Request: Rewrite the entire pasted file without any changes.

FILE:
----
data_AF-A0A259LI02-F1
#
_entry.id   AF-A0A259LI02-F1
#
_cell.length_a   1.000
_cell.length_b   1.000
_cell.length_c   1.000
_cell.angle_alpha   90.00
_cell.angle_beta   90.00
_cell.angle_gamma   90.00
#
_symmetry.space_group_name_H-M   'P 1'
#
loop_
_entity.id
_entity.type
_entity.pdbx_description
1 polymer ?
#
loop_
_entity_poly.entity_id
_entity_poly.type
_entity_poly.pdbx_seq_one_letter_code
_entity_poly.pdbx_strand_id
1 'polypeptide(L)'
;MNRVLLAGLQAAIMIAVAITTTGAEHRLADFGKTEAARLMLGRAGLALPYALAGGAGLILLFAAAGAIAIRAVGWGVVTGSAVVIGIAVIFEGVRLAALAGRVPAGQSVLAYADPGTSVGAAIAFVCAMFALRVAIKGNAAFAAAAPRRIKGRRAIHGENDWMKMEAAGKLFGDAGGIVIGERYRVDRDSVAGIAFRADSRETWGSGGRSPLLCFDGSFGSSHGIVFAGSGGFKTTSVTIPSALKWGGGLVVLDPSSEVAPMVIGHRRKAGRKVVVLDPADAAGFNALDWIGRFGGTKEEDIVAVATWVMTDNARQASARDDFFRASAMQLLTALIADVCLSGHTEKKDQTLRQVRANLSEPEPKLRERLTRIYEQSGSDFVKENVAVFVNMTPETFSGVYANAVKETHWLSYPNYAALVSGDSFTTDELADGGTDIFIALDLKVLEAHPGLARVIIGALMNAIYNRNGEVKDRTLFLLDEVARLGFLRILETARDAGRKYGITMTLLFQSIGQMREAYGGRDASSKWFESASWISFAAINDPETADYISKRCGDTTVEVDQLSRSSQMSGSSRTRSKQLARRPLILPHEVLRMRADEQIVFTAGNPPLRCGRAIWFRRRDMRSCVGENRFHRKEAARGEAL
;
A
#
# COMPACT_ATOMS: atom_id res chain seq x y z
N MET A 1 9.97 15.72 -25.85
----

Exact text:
data_AF-A0A259LI02-F1
#
_entry.id   AF-A0A259LI02-F1
#
_cell.length_a   1.000
_cell.length_b   1.000
_cell.length_c   1.000
_cell.angle_alpha   90.00
_cell.angle_beta   90.00
_cell.angle_gamma   90.00
#
_symmetry.space_group_name_H-M   'P 1'
#
loop_
_entity.id
_entity.type
_entity.pdbx_description
1 polymer ?
#
loop_
_entity_poly.entity_id
_entity_poly.type
_entity_poly.pdbx_seq_one_letter_code
_entity_poly.pdbx_strand_id
1 'polypeptide(L)'
;MNRVLLAGLQAAIMIAVAITTTGAEHRLADFGKTEAARLMLGRAGLALPYALAGGAGLILLFAAAGAIAIRAVGWGVVTGSAVVIGIAVIFEGVRLAALAGRVPAGQSVLAYADPGTSVGAAIAFVCAMFALRVAIKGNAAFAAAAPRRIKGRRAIHGENDWMKMEAAGKLFGDAGGIVIGERYRVDRDSVAGIAFRADSRETWGSGGRSPLLCFDGSFGSSHGIVFAGSGGFKTTSVTIPSALKWGGGLVVLDPSSEVAPMVIGHRRKAGRKVVVLDPADAAGFNALDWIGRFGGTKEEDIVAVATWVMTDNARQASARDDFFRASAMQLLTALIADVCLSGHTEKKDQTLRQVRANLSEPEPKLRERLTRIYEQSGSDFVKENVAVFVNMTPETFSGVYANAVKETHWLSYPNYAALVSGDSFTTDELADGGTDIFIALDLKVLEAHPGLARVIIGALMNAIYNRNGEVKDRTLFLLDEVARLGFLRILETARDAGRKYGITMTLLFQSIGQMREAYGGRDASSKWFESASWISFAAINDPETADYISKRCGDTTVEVDQLSRSSQMSGSSRTRSKQLARRPLILPHEVLRMRADEQIVFTAGNPPLRCGRAIWFRRRDMRSCVGENRFHRKEAARGEAL
;
A
#
# COMPACT_ATOMS: atom_id res chain seq x y z
N MET A 1 9.97 15.72 -25.85